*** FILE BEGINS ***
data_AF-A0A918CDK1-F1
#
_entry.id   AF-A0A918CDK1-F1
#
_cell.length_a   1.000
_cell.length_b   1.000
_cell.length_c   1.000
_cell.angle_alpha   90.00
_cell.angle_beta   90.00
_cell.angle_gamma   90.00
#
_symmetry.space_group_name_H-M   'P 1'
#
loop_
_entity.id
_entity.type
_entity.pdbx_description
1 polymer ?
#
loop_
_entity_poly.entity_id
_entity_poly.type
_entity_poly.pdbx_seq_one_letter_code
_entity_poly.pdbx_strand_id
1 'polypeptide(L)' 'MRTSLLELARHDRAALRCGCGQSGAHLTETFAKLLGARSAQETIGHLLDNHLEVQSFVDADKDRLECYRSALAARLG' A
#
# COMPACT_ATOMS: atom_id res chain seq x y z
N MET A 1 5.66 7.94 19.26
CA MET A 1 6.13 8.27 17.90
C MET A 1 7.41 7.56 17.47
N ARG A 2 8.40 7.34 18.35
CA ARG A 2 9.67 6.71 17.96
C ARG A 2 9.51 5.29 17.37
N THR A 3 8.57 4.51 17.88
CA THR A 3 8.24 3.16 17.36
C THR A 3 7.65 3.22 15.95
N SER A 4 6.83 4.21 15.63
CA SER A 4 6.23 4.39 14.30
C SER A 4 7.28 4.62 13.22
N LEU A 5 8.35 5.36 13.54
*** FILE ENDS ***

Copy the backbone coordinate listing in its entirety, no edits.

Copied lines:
data_AF-A0A918CDK1-F1
#
_entry.id   AF-A0A918CDK1-F1
#
_cell.length_a   1.000
_cell.length_b   1.000
_cell.length_c   1.000
_cell.angle_alpha   90.00
_cell.angle_beta   90.00
_cell.angle_gamma   90.00
#
_symmetry.space_group_name_H-M   'P 1'
#
loop_
_entity.id
_entity.type
_entity.pdbx_description
1 polymer ?
#
loop_
_entity_poly.entity_id
_entity_poly.type
_entity_poly.pdbx_seq_one_letter_code
_entity_poly.pdbx_strand_id
1 'polypeptide(L)' 'MRTSLLELARHDRAALRCGCGQSGAHLTETFAKLLGARSAQETIGHLLDNHLEVQSFVDADKDRLECYRSALAARLG' A
#
# COMPACT_ATOMS: atom_id res chain seq x y z
N MET A 1 5.66 7.94 19.26
CA MET A 1 6.13 8.27 17.90
C MET A 1 7.41 7.56 17.47
N ARG A 2 8.40 7.34 18.35
CA ARG A 2 9.67 6.71 17.96
C ARG A 2 9.51 5.29 17.37
N THR A 3 8.57 4.51 17.88
CA THR A 3 8.24 3.16 17.36
C THR A 3 7.65 3.22 15.95
N SER A 4 6.83 4.21 15.63
CA SER A 4 6.23 4.39 14.30
C SER A 4 7.28 4.62 13.22
N LEU A 5 8.35 5.36 13.54